It was in Japan, in the late 1990’s, that emoji were born. A Japanese telecom company had been looking for a way to entice teens to its pager service. One of its employees, Shigetaka Kurita, came up with the idea of adding simple images to its text offering, and began sketching out the possibilities. His imagination was stimulated by manga, Chinese characters and street signs, yet those early emoji look simple by today’s standards, facial expressions more than faces, musical notes, exclamation marks. If Kurita hadn’t drawn up his initial set, the rich lexicon of emoji we use today might never have been developed.
Like any sort of language, emoji are in a constant state of flux, particularly in the way that texters are choosing to deploy them. ‘They are subtle and rich, and flexible,’ Grathwohl says. Indeed, the significance of an individual emoji may not be interpreted in the same way by all members of the emoji-using community. In other words, if emoji meant the same thing to everyone, they wouldn’t be so much fun. Grathwohl also explains: ‘The strings of emoji people send me are becoming longer and starting to tell stories. They are expressing ideas and experiences with growing sophistication.’ Will emoji eventually be tamed and come to look something more like traditional written scripts that we understand? ‘It would be interesting if that kind of development took place,’ he says. In the meantime, if you opened a dictionary in a bookshop tomorrow, you’d notice that the face with tears of joy hasn’t yet earned a place. Maybe they are still trying to work out where it should in the alphabet.Gateway C1
Your performance as a student/learner (because we all are) is LIKELY to develop the habit of putting time aside to reflect on how you learn. You will find that you study more effectively if you consider, for example:
Welcome back to another episode before reading. In this one, we’re going to talk about some very interesting vocabulary, and of course, my wonderful stories behind them.
There are five reasons for using examples:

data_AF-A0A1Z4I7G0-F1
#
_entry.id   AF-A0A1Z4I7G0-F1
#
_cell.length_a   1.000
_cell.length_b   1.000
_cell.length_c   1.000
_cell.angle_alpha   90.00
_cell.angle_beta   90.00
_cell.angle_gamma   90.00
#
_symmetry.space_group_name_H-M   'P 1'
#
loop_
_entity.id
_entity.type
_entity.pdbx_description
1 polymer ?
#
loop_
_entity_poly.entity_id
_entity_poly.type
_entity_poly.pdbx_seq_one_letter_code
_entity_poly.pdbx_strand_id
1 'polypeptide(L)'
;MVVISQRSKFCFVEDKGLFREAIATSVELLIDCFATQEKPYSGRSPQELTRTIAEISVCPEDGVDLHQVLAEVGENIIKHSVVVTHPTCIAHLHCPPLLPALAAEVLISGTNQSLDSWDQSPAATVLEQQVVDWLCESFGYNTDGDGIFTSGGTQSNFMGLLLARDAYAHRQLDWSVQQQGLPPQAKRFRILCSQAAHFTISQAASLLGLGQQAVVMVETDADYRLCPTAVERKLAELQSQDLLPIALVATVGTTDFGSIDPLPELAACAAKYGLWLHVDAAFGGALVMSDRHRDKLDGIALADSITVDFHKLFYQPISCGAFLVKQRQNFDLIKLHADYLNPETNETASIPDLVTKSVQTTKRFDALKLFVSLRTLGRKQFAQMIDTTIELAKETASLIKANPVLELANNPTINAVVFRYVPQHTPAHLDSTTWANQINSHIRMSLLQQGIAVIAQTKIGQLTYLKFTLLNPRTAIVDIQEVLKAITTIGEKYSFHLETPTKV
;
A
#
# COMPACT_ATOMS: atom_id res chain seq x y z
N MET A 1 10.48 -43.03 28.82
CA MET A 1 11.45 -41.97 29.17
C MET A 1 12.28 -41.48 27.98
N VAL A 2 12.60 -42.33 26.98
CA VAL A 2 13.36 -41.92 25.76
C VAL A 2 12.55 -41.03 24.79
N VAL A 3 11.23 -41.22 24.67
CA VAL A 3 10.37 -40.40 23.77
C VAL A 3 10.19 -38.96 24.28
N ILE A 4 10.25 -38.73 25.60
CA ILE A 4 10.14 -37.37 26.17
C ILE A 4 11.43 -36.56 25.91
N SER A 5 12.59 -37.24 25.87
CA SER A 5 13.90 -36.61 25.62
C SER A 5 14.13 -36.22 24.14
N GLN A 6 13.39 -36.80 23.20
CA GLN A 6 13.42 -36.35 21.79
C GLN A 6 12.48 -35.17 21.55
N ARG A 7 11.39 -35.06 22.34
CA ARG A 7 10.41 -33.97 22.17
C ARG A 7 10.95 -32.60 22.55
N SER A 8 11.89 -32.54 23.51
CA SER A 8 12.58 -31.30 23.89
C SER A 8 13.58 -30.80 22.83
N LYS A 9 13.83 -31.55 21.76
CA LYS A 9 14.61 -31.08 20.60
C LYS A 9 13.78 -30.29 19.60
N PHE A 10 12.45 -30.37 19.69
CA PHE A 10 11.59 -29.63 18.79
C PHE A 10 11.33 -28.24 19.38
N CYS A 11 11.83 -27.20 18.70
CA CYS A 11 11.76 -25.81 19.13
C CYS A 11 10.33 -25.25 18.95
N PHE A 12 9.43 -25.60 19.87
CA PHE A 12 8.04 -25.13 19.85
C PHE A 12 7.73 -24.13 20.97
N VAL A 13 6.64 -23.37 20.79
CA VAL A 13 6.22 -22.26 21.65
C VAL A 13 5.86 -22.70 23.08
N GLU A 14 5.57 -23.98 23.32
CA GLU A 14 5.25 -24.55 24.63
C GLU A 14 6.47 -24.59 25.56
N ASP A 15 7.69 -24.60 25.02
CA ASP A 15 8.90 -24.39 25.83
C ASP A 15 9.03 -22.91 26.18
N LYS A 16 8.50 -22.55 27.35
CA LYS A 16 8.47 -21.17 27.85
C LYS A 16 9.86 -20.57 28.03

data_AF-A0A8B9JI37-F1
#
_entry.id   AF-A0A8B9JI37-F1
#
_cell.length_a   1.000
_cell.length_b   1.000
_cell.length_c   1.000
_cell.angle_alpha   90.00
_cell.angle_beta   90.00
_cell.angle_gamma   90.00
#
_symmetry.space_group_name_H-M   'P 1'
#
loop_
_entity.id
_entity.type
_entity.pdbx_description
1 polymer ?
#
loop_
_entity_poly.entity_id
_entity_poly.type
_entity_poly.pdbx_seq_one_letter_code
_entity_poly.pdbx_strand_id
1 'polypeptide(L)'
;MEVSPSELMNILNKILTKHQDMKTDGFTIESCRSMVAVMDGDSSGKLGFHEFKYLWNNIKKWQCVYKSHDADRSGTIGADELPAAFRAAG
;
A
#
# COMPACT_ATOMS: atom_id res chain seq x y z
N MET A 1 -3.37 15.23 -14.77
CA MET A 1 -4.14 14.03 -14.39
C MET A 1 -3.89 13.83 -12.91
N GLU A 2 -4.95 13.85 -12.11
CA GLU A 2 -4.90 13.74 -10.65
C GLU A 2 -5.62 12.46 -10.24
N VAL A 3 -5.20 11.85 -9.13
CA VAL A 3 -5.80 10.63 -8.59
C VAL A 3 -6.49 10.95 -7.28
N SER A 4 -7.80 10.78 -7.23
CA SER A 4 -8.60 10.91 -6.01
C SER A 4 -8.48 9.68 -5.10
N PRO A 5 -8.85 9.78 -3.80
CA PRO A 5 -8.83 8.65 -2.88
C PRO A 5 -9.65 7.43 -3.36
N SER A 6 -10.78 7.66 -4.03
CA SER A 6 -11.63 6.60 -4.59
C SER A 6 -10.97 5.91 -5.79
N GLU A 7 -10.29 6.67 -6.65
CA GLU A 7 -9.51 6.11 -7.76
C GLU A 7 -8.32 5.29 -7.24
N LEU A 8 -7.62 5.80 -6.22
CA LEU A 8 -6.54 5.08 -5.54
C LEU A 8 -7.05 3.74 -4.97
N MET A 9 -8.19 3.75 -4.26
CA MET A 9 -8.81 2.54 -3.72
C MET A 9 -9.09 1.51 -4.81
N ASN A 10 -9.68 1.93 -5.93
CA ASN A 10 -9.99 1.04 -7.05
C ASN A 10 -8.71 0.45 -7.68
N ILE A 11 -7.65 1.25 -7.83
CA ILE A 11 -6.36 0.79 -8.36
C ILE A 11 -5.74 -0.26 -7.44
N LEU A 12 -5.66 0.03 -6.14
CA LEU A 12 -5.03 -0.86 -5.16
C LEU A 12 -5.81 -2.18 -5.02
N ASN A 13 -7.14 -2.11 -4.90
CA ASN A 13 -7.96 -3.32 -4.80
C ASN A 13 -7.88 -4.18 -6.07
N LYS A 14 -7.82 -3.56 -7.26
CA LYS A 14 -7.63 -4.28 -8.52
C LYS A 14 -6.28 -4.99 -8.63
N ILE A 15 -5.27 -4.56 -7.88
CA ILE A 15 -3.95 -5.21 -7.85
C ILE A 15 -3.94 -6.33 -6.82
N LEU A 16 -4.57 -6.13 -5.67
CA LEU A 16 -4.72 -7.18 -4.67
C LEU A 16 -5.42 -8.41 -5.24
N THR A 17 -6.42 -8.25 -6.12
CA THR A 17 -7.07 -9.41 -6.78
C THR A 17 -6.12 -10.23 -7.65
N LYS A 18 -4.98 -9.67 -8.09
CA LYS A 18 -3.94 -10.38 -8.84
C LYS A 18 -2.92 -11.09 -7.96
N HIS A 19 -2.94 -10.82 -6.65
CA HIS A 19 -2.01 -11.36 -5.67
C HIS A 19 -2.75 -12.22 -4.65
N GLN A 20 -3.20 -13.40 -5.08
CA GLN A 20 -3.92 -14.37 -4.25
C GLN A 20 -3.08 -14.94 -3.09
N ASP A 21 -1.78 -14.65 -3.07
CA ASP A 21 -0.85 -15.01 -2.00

To inspire people and to learn more. Extremely critical. This isn’t a money-driven podcast, but more a tribe-building podcast. Too many people aren’t vulnerable, and without vulnerability, it seems like that barrier is always up and there’s no getting to the other side. It’s like having an “outsider” buy your course and then leave a poor review because they didn’t know anything about you.
Another example would be having random people buy my ESL Pronunciation courses. This could be a huge problem, because even if I did an amazing job, a no-name would have the ability to give me a harsh review to keep people away.
It’s very important to have my audience get to know you me first before they buy anything from me. I was trying to buy click-funnels but I didn’t know anything about the CEO or his vision. After runarounds with his staff, I gave it an extremely poor review.
So, keep that in mind. Making money will come with harsh criticism.
People never talk about the foundation. People only talk about the foundation if a building collapses. No one talks about the amazing foundations that these gigantic metropolis’ are built on. I built a two-year foundation of ESL podcasts, constantly giving value to everyone. I’m not just a random who’s trying to sell…if that’s the case, criticism is going to be waiting for you.
Numbers 3, 4, and 5 are in the podcast down below!